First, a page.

Child pornography laws in Australia

Child pornography laws in Australia prohibit all sexual depictions of children under the age of 18 (or under 16 in some states). This often includes images of people who merely appear to be under 18. For instance, magazine photographs of women with A breast cup sizes have been censored in recent years, reportedly leading to an increase in the average breast size of women in Australian magazines.[1] Furthermore, there is a zero-tolerance policy in place, which covers purely fictional children as well as real children.[2] The possession, production, distribution, import, export, sale, or access over the internet of child pornography is punishable by a maximum of 10 years imprisonment and/or a fine up to A$120,000 as well as sex offender register requirements.

Japanese anime

In August 2007, an Australian was sentenced to pay an A$9,000 fine for attempting to import eight DVDs of Japanese anime found to contain pornographic depictions of children and 14 found to contain depictions of sexual violence. No images of real children were involved. "Customs National Manager Investigations, Richard Janeczko, said that it was important to understand that even cartoons or drawings such as those depicted in anime were prohibited if they contained offensive sexual content."[3]

Cartoon depictions

Also, in December 2008, a New South Wales Supreme Court judge, Justice Michael Adams, ruled to uphold a magistrate's decision that a pornographic cartoon parodying characters on The Simpsons (Bart and Lisa) was child pornography, because "[i]t follows that a fictional cartoon character, even one which departs from recognisable human forms in some significant respects, may nevertheless be the depiction of a person within the meaning of the Act."[4][5]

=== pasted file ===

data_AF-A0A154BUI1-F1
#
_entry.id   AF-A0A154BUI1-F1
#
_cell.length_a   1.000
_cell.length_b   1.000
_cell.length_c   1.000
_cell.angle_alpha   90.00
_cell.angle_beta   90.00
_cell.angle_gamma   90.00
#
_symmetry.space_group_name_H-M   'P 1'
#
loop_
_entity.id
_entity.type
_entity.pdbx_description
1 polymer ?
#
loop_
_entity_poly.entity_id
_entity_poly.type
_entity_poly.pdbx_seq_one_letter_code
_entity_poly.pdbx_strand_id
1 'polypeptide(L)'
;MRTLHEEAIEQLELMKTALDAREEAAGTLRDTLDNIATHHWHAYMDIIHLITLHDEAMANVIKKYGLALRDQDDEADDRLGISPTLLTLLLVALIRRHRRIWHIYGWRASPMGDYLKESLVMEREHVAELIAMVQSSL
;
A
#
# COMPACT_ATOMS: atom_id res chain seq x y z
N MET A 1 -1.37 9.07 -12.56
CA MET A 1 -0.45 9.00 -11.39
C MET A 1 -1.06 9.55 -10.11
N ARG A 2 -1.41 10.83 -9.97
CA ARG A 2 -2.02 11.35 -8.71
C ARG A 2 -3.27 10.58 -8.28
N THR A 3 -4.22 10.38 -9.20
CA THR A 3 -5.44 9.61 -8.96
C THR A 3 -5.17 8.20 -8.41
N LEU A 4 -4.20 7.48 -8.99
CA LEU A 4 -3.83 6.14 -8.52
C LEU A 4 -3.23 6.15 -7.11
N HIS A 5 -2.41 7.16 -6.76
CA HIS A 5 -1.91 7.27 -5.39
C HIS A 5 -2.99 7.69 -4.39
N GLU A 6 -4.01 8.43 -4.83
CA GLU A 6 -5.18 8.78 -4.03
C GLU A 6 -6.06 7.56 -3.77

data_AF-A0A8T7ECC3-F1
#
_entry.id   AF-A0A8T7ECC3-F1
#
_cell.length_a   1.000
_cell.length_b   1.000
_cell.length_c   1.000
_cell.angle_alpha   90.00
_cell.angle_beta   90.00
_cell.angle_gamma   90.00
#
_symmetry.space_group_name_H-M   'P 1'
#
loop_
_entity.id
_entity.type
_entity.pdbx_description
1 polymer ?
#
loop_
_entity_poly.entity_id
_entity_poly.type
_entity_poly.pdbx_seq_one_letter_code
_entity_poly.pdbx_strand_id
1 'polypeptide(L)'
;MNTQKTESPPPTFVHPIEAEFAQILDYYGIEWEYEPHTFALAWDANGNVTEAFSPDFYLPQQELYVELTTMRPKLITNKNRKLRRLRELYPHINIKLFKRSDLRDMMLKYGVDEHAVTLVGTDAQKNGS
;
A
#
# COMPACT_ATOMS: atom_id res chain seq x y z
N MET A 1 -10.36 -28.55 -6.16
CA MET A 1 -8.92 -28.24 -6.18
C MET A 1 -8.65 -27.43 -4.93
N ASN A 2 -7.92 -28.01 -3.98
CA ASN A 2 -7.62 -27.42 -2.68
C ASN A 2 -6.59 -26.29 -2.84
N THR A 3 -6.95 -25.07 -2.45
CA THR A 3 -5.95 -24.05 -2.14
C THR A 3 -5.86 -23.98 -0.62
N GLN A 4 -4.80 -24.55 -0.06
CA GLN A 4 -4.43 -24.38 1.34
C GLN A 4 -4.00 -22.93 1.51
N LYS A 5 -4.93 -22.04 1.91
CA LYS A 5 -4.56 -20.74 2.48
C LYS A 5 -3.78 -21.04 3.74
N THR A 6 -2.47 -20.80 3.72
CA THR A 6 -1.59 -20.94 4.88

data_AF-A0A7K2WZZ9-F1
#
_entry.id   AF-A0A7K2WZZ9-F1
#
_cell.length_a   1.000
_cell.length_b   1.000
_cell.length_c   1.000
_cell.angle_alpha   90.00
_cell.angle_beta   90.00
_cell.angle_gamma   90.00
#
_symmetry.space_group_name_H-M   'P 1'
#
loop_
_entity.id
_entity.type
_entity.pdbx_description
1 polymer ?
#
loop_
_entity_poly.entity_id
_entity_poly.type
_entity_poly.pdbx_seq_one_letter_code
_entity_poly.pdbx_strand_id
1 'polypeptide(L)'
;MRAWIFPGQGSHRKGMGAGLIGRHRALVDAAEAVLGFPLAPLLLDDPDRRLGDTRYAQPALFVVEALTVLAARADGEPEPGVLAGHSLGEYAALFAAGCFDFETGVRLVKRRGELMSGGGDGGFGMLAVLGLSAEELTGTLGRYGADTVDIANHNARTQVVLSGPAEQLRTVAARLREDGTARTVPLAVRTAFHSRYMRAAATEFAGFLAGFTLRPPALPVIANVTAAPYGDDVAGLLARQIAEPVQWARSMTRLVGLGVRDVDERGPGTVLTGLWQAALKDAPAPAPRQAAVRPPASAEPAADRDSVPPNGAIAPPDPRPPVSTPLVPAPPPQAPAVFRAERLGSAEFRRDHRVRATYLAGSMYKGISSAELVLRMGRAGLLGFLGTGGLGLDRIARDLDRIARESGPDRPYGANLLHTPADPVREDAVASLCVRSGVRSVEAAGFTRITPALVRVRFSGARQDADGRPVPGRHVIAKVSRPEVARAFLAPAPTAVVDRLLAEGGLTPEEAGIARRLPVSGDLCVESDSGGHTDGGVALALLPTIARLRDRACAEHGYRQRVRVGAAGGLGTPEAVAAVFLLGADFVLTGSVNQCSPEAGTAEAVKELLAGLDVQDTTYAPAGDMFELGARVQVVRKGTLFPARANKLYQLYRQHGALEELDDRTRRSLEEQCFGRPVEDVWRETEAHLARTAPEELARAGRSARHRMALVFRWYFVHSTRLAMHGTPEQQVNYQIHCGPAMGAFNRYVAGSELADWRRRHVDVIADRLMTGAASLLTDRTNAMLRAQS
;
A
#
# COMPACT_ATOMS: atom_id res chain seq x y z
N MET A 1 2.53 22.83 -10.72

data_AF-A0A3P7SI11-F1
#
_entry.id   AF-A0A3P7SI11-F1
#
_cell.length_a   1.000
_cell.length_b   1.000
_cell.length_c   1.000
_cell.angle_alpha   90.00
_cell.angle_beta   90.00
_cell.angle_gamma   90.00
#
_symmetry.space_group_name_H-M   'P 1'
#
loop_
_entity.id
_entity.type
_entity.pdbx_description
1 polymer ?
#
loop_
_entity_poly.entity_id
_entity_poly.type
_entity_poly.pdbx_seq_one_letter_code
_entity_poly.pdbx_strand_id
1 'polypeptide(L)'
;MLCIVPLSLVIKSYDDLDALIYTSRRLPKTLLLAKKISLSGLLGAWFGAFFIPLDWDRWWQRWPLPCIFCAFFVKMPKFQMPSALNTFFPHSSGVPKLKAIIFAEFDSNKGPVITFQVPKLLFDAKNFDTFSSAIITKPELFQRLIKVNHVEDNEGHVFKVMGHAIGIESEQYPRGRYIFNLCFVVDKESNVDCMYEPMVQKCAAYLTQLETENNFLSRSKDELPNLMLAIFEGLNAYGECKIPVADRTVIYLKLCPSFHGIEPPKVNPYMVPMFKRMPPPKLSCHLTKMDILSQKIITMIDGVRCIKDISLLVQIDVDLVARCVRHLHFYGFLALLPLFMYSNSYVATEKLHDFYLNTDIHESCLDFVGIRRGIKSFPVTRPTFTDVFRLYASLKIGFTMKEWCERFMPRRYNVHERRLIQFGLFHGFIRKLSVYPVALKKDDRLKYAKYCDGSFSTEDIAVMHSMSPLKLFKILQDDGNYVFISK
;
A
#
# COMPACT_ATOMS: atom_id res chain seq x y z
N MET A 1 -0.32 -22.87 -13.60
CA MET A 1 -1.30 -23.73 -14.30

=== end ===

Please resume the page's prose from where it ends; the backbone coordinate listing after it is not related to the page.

The Appellant, Alan John McEwan, was fined $3000 Aus ($3,170 US). Judge Adams explained the law was appropriate because cartoons could "fuel demand for material that does involve the abuse of children", also adding "A cartoon character might well constitute the depiction of such a person".[6] A BBC reporter summarized the judge's decision: "he decided that the mere fact that they were not realistic representations of human beings did not mean that they could not be considered people".[7]

This case has attracted international attention, alongside attention to more local cases, with author Neil Gaiman commenting on it: "I suspect the Judge might have just inadvertantly [sic] granted human rights to cartoon characters. I think it's nonsensical in every way that it could possibly be nonsensical."[8]

Case concerning a written work

In March 2011, a Tasmanian man was convicted with possessing child pornography after police investigators discovered an electronic copy of a nineteenth-century written work, The Pearl by Anonymous on his computer. Harper Collins is the most recent publisher of the The Pearl, which is available for purchase within Australia.[9] However the conviction was set aside on appeal.[10]

See also


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